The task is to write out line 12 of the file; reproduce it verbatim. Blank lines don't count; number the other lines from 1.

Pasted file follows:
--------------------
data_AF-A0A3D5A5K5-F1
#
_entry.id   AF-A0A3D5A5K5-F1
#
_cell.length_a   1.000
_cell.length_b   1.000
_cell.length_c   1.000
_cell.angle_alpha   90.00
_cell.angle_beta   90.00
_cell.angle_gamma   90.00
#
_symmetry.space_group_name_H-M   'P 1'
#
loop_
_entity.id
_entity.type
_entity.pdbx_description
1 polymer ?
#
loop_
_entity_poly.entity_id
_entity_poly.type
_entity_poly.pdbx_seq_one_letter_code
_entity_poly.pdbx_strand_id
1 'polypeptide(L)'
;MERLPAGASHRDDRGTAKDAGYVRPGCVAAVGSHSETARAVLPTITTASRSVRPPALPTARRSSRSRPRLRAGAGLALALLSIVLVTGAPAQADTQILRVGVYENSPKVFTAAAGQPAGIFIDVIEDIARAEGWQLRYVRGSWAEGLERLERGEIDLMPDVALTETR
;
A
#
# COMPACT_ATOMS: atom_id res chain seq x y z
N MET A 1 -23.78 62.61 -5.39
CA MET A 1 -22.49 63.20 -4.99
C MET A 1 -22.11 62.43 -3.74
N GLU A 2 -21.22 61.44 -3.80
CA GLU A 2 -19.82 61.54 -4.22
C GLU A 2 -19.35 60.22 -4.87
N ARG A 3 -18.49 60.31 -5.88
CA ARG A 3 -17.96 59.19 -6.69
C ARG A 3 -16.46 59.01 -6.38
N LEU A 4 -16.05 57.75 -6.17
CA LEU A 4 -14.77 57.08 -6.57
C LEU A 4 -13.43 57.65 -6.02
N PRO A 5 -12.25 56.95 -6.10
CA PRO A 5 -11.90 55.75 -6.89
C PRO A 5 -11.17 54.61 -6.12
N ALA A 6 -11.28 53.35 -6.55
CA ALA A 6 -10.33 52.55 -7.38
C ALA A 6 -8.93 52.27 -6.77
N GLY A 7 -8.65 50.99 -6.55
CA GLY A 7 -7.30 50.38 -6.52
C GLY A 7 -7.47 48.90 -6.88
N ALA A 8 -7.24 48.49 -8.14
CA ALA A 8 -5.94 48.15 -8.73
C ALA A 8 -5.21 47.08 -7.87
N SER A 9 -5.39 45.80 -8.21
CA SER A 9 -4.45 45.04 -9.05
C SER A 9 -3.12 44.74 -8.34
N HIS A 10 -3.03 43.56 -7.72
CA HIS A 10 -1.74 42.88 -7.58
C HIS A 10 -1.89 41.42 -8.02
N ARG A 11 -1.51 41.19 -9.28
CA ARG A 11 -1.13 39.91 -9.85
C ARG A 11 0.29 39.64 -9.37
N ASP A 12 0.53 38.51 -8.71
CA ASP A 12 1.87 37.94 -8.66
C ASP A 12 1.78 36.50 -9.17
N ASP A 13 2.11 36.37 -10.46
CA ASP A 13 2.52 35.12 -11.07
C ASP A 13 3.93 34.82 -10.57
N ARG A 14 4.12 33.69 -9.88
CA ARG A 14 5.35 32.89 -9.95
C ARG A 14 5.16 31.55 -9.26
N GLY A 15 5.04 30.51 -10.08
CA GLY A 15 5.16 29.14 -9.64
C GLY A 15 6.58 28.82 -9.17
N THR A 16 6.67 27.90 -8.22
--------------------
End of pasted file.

_symmetry.space_group_name_H-M   'P 1'